I wouldn't take it personally; everything is subjective. I suppose some people thought Bobby's performance was a tad cloying; my complaint was the plodding pace of the sketch.
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  • Avatar of JustinRAn

    JustinRAn

    [1962]Jan 7, 2013
    • member since: 12/30/09
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    Are there any episodes you hated upon first viewing but enjoyed more the second time? And Vice-versa?
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  • Avatar of HelloStuart

    HelloStuart

    [1963]Jan 7, 2013
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    JustinRAn wrote:
    Are there any episodes you hated upon first viewing but enjoyed more the second time? And Vice-versa?

    A few here and there; there are only so many I've watched more than once. I famously shredded the Aguilera/Maroon 5 show from Year 29 (an episode that now bears some historical irony) but upon second viewing I revised my opinion from "ghastly" to "mediocre." In hindsight, it's typical of what aired that season but only slightly weaker than the median. On the flip side, I found Helen Hunt/Hanson to be passable upon first glance 15 years ago, but after catching it on CSNL a few years later I found nearly the whole show to be overtly cloying and pandering. Year 23 is probably the most uneven season of a show that's always lived sketch by sketch, but Hunt/Hanson was a low point exacerbated by its notoriety as Norm Macdonald's last show at the Update desk.
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  • Avatar of Ruckhappy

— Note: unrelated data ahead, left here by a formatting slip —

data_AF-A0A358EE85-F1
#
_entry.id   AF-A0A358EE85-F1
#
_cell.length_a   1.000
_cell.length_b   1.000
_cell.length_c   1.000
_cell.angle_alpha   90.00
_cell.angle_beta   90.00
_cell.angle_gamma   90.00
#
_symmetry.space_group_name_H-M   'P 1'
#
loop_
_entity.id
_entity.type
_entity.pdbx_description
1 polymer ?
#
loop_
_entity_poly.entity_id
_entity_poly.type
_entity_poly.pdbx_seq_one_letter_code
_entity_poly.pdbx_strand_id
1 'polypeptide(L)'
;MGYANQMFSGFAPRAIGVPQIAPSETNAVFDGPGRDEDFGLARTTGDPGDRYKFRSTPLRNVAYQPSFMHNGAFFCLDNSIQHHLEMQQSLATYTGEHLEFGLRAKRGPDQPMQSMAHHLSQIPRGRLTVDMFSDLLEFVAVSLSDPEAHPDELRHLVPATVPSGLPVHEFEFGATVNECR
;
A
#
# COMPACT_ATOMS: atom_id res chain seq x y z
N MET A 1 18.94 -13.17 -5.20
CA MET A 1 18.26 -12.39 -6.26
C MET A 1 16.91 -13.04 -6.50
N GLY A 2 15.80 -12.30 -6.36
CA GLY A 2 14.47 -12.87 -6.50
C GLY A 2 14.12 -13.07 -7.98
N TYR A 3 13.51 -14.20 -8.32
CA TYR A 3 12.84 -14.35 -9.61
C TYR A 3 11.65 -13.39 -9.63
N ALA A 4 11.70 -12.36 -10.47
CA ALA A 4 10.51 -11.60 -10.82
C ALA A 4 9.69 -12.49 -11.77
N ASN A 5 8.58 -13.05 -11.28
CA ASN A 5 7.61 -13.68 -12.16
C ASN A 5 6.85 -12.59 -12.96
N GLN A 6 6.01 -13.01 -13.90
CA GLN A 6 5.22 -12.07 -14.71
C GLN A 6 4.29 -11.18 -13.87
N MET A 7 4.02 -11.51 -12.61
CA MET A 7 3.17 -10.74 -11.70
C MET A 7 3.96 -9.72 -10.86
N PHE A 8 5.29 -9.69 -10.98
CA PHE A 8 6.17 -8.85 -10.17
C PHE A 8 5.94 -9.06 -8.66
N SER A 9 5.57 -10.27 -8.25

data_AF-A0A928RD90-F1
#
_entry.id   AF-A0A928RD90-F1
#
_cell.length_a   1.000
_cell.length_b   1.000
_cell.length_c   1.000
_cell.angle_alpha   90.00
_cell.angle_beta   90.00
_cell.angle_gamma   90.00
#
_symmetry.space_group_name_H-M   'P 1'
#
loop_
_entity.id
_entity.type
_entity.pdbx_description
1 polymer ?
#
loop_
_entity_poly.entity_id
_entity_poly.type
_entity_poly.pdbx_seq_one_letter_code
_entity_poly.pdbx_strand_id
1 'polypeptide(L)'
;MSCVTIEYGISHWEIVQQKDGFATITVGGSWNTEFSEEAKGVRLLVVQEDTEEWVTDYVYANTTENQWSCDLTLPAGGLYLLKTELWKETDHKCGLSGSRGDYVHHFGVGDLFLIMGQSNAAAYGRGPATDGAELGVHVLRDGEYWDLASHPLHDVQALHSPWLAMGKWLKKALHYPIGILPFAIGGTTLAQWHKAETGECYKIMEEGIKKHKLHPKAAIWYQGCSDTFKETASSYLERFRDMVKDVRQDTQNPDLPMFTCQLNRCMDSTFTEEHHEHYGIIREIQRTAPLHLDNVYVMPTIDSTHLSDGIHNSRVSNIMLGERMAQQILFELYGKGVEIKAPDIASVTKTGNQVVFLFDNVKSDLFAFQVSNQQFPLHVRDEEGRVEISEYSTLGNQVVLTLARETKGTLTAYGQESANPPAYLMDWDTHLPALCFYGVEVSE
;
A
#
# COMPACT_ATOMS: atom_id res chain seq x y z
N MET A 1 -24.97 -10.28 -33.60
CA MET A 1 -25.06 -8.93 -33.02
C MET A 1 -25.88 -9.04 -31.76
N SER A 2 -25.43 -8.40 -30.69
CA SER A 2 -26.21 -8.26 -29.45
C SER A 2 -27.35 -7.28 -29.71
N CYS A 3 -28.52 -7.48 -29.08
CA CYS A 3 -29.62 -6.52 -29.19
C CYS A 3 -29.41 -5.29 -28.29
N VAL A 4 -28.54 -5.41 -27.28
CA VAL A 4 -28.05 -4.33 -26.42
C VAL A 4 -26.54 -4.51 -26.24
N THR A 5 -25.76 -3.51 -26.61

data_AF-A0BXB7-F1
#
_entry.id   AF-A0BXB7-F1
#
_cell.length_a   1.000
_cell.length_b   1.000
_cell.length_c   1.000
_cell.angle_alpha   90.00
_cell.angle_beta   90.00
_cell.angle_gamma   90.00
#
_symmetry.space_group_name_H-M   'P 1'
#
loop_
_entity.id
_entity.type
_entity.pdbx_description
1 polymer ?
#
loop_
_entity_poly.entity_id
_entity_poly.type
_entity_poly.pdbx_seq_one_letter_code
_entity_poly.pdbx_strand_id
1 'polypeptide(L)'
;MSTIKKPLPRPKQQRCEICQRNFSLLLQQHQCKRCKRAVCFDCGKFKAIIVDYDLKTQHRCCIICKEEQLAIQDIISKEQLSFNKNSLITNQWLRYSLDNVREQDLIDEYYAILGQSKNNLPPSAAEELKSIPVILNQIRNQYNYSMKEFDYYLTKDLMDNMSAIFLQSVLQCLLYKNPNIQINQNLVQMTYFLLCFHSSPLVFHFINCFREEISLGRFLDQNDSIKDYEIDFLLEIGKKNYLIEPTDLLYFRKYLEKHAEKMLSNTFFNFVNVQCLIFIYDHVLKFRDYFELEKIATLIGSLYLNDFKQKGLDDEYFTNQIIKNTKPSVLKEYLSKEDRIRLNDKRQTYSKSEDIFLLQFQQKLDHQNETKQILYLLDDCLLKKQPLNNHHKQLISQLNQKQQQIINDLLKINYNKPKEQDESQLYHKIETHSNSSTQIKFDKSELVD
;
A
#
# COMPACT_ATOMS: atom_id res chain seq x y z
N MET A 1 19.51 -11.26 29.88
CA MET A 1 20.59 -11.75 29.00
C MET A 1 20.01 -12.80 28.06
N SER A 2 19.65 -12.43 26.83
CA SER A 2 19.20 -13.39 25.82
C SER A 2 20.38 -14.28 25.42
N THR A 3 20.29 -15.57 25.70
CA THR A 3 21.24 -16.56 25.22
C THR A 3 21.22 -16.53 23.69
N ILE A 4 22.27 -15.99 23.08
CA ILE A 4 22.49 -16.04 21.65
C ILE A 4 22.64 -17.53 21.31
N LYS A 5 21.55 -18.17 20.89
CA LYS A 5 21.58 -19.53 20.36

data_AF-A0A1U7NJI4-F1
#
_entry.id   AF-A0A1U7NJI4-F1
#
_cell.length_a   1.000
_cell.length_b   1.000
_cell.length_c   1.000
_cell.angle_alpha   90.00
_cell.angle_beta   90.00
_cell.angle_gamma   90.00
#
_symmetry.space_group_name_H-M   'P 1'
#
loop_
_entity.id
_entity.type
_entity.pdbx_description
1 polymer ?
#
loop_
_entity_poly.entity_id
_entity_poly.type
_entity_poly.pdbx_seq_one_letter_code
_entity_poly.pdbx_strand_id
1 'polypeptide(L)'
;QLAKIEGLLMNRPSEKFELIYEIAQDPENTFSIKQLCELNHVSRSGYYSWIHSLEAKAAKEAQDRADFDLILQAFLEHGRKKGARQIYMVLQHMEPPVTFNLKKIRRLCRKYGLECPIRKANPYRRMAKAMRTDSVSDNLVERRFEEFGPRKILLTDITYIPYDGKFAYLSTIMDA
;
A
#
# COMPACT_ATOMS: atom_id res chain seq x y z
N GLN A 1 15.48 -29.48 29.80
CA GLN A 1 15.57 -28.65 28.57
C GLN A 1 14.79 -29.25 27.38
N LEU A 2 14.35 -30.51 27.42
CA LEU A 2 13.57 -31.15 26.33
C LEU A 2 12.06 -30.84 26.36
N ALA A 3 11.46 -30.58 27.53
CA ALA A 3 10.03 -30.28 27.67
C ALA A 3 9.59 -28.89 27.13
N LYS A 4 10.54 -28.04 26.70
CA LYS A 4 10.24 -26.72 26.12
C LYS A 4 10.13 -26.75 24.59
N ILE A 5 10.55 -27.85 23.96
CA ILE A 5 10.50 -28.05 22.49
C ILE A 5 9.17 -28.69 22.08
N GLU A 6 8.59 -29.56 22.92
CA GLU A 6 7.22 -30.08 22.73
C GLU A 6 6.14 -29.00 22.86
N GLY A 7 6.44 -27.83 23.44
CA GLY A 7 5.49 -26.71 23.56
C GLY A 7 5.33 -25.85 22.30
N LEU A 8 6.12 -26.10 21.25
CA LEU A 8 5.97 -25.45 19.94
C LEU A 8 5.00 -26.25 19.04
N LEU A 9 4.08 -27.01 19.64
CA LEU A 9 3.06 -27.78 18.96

Ruckhappy

    [1964]Jan 8, 2013
    • member since: 08/03/11
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    HelloStuart wrote:
    JakeFrato wrote:
    I got a question, and it is about something that has been bothering me as of late.... I have seen a lot of hate on the Bobby Moynihan "Space Cat" sketch. I for one, loved it. I can't stop saying "A lil Business Kiss" and "Tom Cat Cruise in Frisky Business". Why was there so much hate on the sketch? What were your thoughts on it?
    I wouldn't take it personally; everything is subjective. I suppose some people thought Bobby's performance was a tad cloying; my complaint was the plodding pace of the sketch.


    I'm gonna throw in a follow-up on this as an observation in a respect of the show in which I have some expertise. That Space Kitten (or whatever the actual title is) sketch is an almost exact copy of Kristen Wiig's Target Lady or Don't Make Me Sing signature sketches. It's a very, very basic premise: the lead does an unusually weird character and everyone reacts off of it. It's not even a proper sketch premise, really. More like an instance of a classic improv exercise...which, if you look back at the history of SNL, is the genesis of many of their most famous sketches.


    Which is fine, except when it's not, like at the moment. If you read about SNL writers talking process, they'll mention being more "character-driven" or "plot-driven" writers. Bobby's kitten sketch is an example of a "character-driven" sketch in their nomenclature. Except it's not a sketch, it's a bit. It's just a bit stretched enough to play long enough. And if the audience doesn't think Bobby's character (or Wiig's) is funny, they've got nowhere to go, nothing else to laugh at in the sketch and it becomes excruciating to watch. Painful.


    Now truthfully, some of the most famous SNL writers couldn't write a proper sketch to save their life, but they've always had a balance. Coming out of a strongly performer-driven phase of the show, though, they don't seem to have anyone who can write three-corner dialogue. Worse, they don't seem to know that they don't, or why that's a problem. And when they get stuck and dress up improv exercises as sketches, the writers don't seem to understand why that's not going to work and the audience is frustrated.